Denison tightens restrictions on development along highways

Michael Hutchins
Herald Democrat
Denison approved a series of ordinance updates Monday that included new restrictions for development along major corridors.

Denison tightened its restrictions on what can be built along the city's major roadways Monday night when it adopted its new comprehensive zoning ordinance. This new ordinance update refines and defines what cannot be built along the city's highways while also eliminating some loopholes that in exist in the office zoning district.

The council unanimously voted to adopt the new updated ordinance, which will bring the regulation up to current market standards and better reflect the city in the 21st century.

The council initially considered the ordinance update in August, but tabled the item in order to answer some questions on highway zoning.

"I am not sure, this is just me speaking, but I am not sure we want to have anything by right on the highway overlay district," Denison Mayor Janet Gott said in August. "This is our last opportunity to get it right. There are some places we cannot get it right because it has already gone wrong, but we can get it right here."

The changes were proposed by John Webb, executive director of planning and community development, who started looking into places where the  ordinances can be updated to reflect modern development trends, industry standards and streamline uses.

Upon looking at the ordinance, Webb said it seemed as though portions of it were about 30-40 years old.

"This will likely be one of many future amendments for development codes," Webb said in August. "When I started here in January, one of the things I spoke with leadership about wanting to go through was development codes to ensure that accurately reflect where Denison is in 2021 and where we want to go forward."

As an example of the updated uses, the ordinance now allows for retail uses in light industrial areas around the city.

"As you know, the light industrial market has changed over the years," Webb said. "We have a lot of properties in the city where we need more flexibility for those uses to come in."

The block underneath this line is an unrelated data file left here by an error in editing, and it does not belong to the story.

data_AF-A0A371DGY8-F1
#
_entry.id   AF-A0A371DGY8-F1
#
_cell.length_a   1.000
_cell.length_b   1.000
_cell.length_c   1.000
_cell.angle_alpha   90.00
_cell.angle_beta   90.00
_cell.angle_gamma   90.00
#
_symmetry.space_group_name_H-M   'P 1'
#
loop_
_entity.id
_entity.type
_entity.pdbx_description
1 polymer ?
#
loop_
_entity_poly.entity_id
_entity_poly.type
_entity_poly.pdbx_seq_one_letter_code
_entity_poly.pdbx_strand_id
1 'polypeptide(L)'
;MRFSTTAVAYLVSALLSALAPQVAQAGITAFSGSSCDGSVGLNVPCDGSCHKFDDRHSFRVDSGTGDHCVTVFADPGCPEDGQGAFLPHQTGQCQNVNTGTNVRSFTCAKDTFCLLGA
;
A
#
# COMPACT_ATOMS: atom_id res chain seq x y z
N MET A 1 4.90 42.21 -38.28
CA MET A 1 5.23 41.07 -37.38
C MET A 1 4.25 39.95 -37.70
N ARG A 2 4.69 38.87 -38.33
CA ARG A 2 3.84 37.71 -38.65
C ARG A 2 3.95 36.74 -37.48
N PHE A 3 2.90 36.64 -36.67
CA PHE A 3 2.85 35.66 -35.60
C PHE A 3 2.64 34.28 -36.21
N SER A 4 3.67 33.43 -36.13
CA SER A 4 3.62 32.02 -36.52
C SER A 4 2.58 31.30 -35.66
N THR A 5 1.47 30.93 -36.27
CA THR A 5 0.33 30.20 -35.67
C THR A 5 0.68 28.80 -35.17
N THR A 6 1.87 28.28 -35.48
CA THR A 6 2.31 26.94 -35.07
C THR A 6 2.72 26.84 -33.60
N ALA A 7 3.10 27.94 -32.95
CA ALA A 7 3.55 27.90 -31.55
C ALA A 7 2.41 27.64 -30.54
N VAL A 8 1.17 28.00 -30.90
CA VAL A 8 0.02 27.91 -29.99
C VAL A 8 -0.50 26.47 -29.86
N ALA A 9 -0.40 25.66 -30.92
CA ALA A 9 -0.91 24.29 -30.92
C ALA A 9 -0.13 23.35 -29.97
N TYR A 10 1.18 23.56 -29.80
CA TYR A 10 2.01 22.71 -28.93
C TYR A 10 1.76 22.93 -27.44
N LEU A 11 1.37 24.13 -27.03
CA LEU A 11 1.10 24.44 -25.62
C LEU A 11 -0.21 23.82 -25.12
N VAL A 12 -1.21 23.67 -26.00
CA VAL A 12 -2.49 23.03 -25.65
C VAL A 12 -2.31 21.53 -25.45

Under the proposed changes, the city added 14 new uses that are prohibited along the city's highway-oriented and corridor districts. Many of the newly-restricted uses focus on motor-vehicles and related businesses, ranging from trailer rentals and RV Sales to auto wreckers and used motorcycle dealerships, among other uses.

Other uses that previously were by right now require a conditional use permit. These include dealerships for new motorcycles, ATVs and automobiles and boat sales and rentals.

Phil Jones, representing Classic of Texoma, cautioned against requiring businesses like car dealerships from needing conditional use permits, noting that it could unnecessarily lengthen development for these projects and lead to second thoughts by some developers.

"I understand you want control, but there are other ways to do that," he said noting that Classic is currently developing a location that would fall into this category.

One of the concerns raised relates to what happens to a conditional use permit if the recipient closes down or sells a property. In some cases, the permit is tied to the person, while in other cases the permit is tied to the property itself. However, the permit will laps after six months of disuse.

"It isn't about control; it is about planning," Gott said, noting that Classic would be grandfathered in the new ordinance. "We get one chance as a community to plan the highway overlay district. We get one chance to do that."

Other restrictions relate to residential uses in office districts within the city. While these districts were initially envisioned as mixed-use areas with commercial and residential uses in close proximity, this type of development never took place to the level foreseen. However, Webb said the current language leaves loopholes were high-density residential can be developed by right in areas that would otherwise not support it.

Under the changes, residential uses would no longer be allowed by right.

Developer Jonathan Earnhart agreed with the change, but noted that grandfathered homes in these districts would become non-conforming. This could put up barriers if the home owner were to try and sell the property. Earnhart suggested that the city offer these residents the chance to rezone their properties to residential at no expense as a way of avoiding this issue in the future.

When put to a vote, the ordinance passed unanimously.